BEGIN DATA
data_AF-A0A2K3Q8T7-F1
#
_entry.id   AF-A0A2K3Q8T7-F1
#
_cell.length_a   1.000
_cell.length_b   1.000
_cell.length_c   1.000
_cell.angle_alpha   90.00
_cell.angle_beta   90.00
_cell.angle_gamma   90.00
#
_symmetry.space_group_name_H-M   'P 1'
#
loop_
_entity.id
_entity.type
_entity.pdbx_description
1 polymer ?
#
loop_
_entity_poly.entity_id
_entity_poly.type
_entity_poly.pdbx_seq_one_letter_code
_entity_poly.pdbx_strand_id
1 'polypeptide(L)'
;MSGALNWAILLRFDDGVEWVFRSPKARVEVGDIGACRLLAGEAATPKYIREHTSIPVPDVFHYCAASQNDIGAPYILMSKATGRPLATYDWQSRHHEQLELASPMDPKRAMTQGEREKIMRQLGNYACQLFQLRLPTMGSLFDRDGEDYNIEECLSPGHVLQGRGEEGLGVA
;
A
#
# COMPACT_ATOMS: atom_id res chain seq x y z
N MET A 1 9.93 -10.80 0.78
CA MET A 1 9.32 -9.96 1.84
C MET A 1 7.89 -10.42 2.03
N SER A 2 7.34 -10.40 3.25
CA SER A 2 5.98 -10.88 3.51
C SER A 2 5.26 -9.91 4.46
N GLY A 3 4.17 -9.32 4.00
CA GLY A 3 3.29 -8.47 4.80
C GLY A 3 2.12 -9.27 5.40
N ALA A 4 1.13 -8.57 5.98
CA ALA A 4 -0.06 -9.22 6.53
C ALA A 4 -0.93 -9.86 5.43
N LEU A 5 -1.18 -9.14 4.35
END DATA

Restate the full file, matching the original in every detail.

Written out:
data_AF-A0A2K3Q8T7-F1
#
_entry.id   AF-A0A2K3Q8T7-F1
#
_cell.length_a   1.000
_cell.length_b   1.000
_cell.length_c   1.000
_cell.angle_alpha   90.00
_cell.angle_beta   90.00
_cell.angle_gamma   90.00
#
_symmetry.space_group_name_H-M   'P 1'
#
loop_
_entity.id
_entity.type
_entity.pdbx_description
1 polymer ?
#
loop_
_entity_poly.entity_id
_entity_poly.type
_entity_poly.pdbx_seq_one_letter_code
_entity_poly.pdbx_strand_id
1 'polypeptide(L)'
;MSGALNWAILLRFDDGVEWVFRSPKARVEVGDIGACRLLAGEAATPKYIREHTSIPVPDVFHYCAASQNDIGAPYILMSKATGRPLATYDWQSRHHEQLELASPMDPKRAMTQGEREKIMRQLGNYACQLFQLRLPTMGSLFDRDGEDYNIEECLSPGHVLQGRGEEGLGVA
;
A
#
# COMPACT_ATOMS: atom_id res chain seq x y z
N MET A 1 9.93 -10.80 0.78
CA MET A 1 9.32 -9.96 1.84
C MET A 1 7.89 -10.42 2.03
N SER A 2 7.34 -10.40 3.25
CA SER A 2 5.98 -10.88 3.51
C SER A 2 5.26 -9.91 4.46
N GLY A 3 4.17 -9.32 4.00
CA GLY A 3 3.29 -8.47 4.80
C GLY A 3 2.12 -9.27 5.40
N ALA A 4 1.13 -8.57 5.98
CA ALA A 4 -0.06 -9.22 6.53
C ALA A 4 -0.93 -9.86 5.43
N LEU A 5 -1.18 -9.14 4.35